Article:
The chills do not come from overt gore and violence, but in a gradual build up of dread, formed through chilling descriptive conversation, the mountainous, unfamiliar setting, and a general sense of threat. Some may be tempted to draw parallels between this work and mainstream Hollywood horror; with its bloody color palette, gory backstory, and Special Prize for Innovation at the Venice Film Festival, this film’s calibre cannot be ignored.
9. Melbourne (Nima Javidi, 2014)
“When a character makes choices that are hard to understand, the challenge is to put ourselves in that character’s place. This film compels us to reflect, reminding us to dwell on the ramifications of our own actions. It is an affirmation of how complicated it is to be a responsible human being.”
Director Nima Javidi’s words make it clear that his debut work invites us not to simply react to his astonishing film’s events, but to imagine how we ourselves would fare when faced with the protagonists’ shocking predicament. Melbourne, set almost entirely in one small space, scrutinises how people respond to pressure and tragedy.
Young couple Sara and Amir Negati are caught up in the bustle of packing for a life abroad when we first encounter them, and we learn that they are headed to the titular Australian city to study for several years. Meanwhile, they have been asked to babysit their neighbour’s newborn, who sleeps in the bedroom. The film begins with all the optimism that escaping the daily grind can bring, which contrasts sharply with an opening montage of clothes being vacuum-packed, becoming encased in plastic and drained of life; perhaps an ominous foretelling of what is to occur.
A terrible discovery plunges the couple into a panicked despair, shattering their hopes for a new life and transforming their once airy apartment into a claustrophobic prison. As Amir’s search for a solution to the dilemma borders on insanity, we are forced again and again to wonder whether, placed in the same situation, we wouldn’t behave in the same way. Winner of the Asia Pacific Screen Award and the Stockholm Film Festival, this film’s intense performances and masterful suspense make it essential viewing.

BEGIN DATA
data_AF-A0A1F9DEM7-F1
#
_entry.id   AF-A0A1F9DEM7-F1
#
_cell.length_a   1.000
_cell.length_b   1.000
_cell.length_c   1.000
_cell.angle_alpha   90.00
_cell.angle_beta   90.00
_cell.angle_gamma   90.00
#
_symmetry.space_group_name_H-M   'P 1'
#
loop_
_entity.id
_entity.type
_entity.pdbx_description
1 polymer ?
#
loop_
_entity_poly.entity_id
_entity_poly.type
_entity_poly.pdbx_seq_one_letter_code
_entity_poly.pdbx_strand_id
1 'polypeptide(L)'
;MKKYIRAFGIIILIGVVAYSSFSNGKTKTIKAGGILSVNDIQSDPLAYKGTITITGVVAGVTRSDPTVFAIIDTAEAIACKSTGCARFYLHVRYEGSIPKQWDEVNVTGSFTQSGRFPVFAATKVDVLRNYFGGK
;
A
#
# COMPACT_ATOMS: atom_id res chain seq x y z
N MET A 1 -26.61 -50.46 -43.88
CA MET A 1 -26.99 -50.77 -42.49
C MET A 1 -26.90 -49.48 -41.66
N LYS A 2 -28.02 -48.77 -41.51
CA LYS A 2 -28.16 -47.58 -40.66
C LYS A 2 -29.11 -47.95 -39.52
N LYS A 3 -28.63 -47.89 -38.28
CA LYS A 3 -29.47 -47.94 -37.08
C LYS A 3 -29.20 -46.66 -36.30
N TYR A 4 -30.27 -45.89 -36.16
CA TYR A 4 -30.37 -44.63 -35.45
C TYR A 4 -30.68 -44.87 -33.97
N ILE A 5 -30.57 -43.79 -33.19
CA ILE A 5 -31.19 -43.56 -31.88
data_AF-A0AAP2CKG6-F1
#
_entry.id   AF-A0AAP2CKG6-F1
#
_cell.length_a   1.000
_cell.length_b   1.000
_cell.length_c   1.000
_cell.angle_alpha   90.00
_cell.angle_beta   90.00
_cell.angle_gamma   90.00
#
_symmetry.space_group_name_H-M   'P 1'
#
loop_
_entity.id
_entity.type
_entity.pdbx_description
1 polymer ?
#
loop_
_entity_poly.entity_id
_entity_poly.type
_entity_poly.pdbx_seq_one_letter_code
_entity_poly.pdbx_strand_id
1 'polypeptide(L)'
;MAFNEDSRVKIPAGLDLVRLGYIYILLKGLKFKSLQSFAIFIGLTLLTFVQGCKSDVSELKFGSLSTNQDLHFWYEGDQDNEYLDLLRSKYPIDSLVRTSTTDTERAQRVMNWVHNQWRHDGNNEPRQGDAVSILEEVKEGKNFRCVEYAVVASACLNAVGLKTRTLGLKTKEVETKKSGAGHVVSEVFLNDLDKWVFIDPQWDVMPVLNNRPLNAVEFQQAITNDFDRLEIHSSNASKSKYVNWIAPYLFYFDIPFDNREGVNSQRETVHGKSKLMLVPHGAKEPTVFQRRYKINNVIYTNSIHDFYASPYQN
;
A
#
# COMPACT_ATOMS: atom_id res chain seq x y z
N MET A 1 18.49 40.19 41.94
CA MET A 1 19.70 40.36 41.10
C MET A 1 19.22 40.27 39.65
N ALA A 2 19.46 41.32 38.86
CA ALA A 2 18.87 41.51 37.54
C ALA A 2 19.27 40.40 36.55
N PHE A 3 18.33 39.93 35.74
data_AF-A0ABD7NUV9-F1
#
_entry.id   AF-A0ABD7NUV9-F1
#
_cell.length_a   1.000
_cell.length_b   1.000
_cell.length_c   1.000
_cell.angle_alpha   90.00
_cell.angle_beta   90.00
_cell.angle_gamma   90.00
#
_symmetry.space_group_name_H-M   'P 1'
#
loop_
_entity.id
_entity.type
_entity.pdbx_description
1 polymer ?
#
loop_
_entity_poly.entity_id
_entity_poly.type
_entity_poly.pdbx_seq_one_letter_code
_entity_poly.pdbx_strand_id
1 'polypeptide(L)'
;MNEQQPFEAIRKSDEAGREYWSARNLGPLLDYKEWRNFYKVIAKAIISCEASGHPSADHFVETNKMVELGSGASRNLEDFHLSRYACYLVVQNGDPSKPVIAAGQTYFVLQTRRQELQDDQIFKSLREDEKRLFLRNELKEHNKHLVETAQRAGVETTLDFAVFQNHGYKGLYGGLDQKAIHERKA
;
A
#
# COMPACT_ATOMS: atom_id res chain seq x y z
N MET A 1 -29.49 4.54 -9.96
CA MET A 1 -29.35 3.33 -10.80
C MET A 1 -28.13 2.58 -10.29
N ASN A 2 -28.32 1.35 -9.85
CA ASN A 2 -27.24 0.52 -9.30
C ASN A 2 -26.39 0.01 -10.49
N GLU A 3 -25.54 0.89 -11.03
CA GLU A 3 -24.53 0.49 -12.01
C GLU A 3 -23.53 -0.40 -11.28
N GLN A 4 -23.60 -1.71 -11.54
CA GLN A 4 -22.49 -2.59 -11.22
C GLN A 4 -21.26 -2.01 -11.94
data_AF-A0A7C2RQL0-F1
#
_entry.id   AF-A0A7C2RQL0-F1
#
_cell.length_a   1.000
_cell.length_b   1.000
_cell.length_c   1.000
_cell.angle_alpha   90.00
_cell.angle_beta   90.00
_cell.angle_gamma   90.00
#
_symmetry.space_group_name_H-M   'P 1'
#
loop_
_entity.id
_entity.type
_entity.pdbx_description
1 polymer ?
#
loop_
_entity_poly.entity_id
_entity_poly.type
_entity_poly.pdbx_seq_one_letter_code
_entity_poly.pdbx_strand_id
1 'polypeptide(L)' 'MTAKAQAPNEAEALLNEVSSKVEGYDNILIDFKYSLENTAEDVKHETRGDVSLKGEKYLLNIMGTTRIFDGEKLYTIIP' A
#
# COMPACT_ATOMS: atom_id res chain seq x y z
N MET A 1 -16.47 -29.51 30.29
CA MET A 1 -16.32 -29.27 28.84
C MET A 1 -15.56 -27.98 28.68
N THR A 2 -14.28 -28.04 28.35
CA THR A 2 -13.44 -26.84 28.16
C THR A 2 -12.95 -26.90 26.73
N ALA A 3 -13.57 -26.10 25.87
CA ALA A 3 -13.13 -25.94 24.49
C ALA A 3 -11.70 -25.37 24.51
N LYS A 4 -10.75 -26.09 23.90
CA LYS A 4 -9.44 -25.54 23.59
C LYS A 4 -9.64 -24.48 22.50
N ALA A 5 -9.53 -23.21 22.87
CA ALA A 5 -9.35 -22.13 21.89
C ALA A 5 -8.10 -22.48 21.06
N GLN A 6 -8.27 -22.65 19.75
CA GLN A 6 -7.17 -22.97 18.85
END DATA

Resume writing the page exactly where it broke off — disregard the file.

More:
10. Tales (Rakhshan Bani-Etemad, 2014)
Revered as the First Lady in Iranian Cinema,” director Rakhshan Bani-Etemad works around the Iranian culture ministry’s strict licensing laws for feature films by creating several shorts, then piecing them together in this intricate collection of interwoven lives.
Several characters from Bani-Etemad’s past work are present in Tales, and while these films are not essential viewing, seeing how the characters’ lives have panned out since we last glimpsed them adds a certain finality to their stories. We are reunited with Abbas from Under the Skin of the City, now moonlighting as a taxi driver to make ends meet.
We also see his illiterate mother Touba, who, in her struggle to obtain several months’ worth of backpay from her former factory, enlists the help of a petitioner. Bani-Etemad then picks up the story of Nargess, a woman being physically abused by her husband, as well as siblings who wish to fake a kidnapping as an act of rebellion against their wealthy father. The stories, however, stand alone well enough without any prior knowledge of Bani-Etemad’s work.
The director returns to dark themes present in both her earlier and later films, including prostitution, single parenthood, and drug addiction. She does not shy away from the more unsavoury subject matter overlooked by other directors, and the treatment of women in the film does not always make for comfortable viewing – Bani-Etemad does not proclaim to be feminist, and includes scenes in which prostitutes are condemned, abuse victims are pressured to face their attackers, while wives are treated with suspicion by their husbands.
Perhaps the most telling story segment features a documentary filmmaker, who films the streets through Abbas’s taxi window. His insistence on filming his surroundings is telling of Bani-Etemad’s own views. The camera becomes her eye, a lens through which to view her society. Abbas jokes that he should have been filmed, too. “I would have, but you never asked,” replies the filmmaker. In Bani-Etemad’s world, society asks to be filmed, without waiting for licenses or invitations. Winner of the Venice International Film Festival for Best Screenplay, Tales represents a collage of contemporary Iran’s grittier side.
Author Bio: Zara Knox is a creative writer for IMVBox, the largest online Persian film distribution platform outside of Iran. To see more of her work and watch thousands of Iranian films for free, visit www.imvbox.com.